Monday, September 24, 2007

Do You THINK Before You Talk (Type)?

Do you ever think that you might be hurting someone's feelings when you expouse your .02 theory on ADHD, or any other mental disability? Really, you know one person who got the wrong medication, a misdiagnosis, or made a hasty decision, and you think you know everything?
Did it ever occur to you that people with ADHD are human beings, many of which have suffered their whole lives, not knowing why? Did it ever occur to you that people like us come from long lines of dysfunctional families, and just as we're relieved to finally know what's swirling around in our genepool, along comes some thoughtless jerk telling us we're making it all up, or we're looking for an excuse to take drugs?!
Did it ever occur to you the agony that parents go through, searching, striving, struggling to help their children? Did it ever occur to you that people HAVE tried everything else before putting their children on medication? Did it occur to you that these people might have a problem disciplining their children, because their children don't act like eveyone else's children?
Did it ever occur to you that teachers work their asses off for low-pay, and low-recognition, dedicated to the education of ALL children, and that they might know a thing or two about a child who is standing out like a sore thumb?
Did it ever occur to you that not all children with ADHD have behavior problems? Many are just inattentive, with memory and focusing problems. And many that seem to have behavior problems are just crawling under their skin having trouble sitting, paying attention, and completing their schoolwork?
So maybe your child was misdiagnosed, or you don't agree with a diagnosis your child got from one doctor, or a suggestion from one teacher. Get over it! You made your decision, you either chose to accept one teacher or one doctor, medicate your child, not medicate your child, and it went bad. Whose fault is it if you didn't get a second, third, or fouth opinion? And because it didn't go well for you, ADHD doesn't exist, or the teachers and doctors are pushing drugs, or ADHD is way overdiagnosed?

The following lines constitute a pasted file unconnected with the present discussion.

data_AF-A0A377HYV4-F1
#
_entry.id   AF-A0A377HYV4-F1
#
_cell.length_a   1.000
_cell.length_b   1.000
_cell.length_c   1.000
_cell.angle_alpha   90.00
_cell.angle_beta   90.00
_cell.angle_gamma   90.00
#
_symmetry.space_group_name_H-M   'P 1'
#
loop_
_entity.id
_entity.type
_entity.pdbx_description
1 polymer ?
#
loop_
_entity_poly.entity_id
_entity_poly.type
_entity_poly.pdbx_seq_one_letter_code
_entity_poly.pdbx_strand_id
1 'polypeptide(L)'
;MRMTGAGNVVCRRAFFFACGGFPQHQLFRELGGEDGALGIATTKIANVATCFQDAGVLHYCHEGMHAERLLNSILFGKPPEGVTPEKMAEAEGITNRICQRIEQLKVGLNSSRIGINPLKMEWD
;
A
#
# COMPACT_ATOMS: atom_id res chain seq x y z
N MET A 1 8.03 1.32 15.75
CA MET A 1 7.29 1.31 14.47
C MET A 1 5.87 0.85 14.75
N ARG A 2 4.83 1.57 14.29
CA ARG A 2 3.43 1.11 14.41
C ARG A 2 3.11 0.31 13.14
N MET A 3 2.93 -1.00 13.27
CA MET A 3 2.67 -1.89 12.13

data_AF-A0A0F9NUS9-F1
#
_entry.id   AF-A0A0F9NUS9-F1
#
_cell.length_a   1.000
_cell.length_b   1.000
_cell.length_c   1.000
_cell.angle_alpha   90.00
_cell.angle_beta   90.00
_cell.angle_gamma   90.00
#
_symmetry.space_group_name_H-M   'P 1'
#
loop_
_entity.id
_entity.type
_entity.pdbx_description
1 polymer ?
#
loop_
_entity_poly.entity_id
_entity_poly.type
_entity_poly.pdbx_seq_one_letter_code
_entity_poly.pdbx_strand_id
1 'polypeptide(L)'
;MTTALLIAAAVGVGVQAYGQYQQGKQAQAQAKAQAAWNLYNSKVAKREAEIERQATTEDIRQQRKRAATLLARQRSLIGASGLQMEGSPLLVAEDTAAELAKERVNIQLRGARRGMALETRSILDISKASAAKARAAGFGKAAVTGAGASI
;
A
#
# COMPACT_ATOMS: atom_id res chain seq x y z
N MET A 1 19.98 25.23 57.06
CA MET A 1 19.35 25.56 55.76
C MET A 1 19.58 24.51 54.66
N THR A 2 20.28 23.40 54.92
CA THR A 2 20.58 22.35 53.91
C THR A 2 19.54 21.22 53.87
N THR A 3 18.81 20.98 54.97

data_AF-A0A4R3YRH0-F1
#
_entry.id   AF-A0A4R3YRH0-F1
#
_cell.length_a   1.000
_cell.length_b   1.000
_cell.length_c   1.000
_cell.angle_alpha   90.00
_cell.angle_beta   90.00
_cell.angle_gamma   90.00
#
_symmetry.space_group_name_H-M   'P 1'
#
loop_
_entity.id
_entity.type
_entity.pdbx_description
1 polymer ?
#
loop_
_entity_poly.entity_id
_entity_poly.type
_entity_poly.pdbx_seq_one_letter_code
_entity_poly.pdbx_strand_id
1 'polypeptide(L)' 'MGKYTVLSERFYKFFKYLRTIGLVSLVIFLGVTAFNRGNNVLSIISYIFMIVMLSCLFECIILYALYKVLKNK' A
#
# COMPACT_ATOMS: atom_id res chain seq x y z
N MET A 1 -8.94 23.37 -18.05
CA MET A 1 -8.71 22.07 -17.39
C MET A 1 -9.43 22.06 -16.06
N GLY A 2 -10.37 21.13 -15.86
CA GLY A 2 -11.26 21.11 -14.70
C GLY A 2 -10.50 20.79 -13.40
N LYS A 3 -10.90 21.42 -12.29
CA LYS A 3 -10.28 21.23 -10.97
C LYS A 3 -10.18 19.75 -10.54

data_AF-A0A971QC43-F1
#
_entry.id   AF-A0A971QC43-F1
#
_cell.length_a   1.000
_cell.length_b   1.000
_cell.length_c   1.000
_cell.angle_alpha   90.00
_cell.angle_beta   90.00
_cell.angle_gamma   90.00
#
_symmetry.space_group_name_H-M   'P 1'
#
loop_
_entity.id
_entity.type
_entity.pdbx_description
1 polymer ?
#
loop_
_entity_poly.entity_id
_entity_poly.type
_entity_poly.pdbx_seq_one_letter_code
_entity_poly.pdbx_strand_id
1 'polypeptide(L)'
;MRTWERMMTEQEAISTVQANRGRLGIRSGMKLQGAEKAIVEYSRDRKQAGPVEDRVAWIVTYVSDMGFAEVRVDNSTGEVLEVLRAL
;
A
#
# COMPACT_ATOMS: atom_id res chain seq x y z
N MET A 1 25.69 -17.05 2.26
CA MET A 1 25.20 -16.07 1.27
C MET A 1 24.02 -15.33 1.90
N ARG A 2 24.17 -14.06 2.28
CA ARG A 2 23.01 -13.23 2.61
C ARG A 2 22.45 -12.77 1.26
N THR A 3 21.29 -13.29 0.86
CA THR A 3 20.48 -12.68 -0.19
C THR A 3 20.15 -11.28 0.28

I've got news for you. ADHD is underdiagnosed as much as it's overdiagnosed. There are people out there who won't get help for themselves or their children, or who won't try medication, because of stupid people that won't mind their own business about other people's mental health, who spread stereotypes, and malicious misinformation!
How about this, you keep your mouth shut about things you are not going through, and have no clue about?! How about you find out the truth about ADHD, that medication is not a magic bullet for behavior, and that stimulants make non-ADHD people MORE hyper, and "zombie"-like behavior can be a temporary side-effect of medication. How about you just be supportive, and stop the judging, and hurtful remarks?
It's only a forum posting for you, a debate, a comment, but THIS IS MY LIFE!
I didn't go to the verge of destruction and back to read snide, thoughtless remarks about ADHD.

Saturday, September 15, 2007

Our Journey To Homeschooling

I wrote quite a while back about how we began homeschooling. Shame on me for not continuing the story sooner.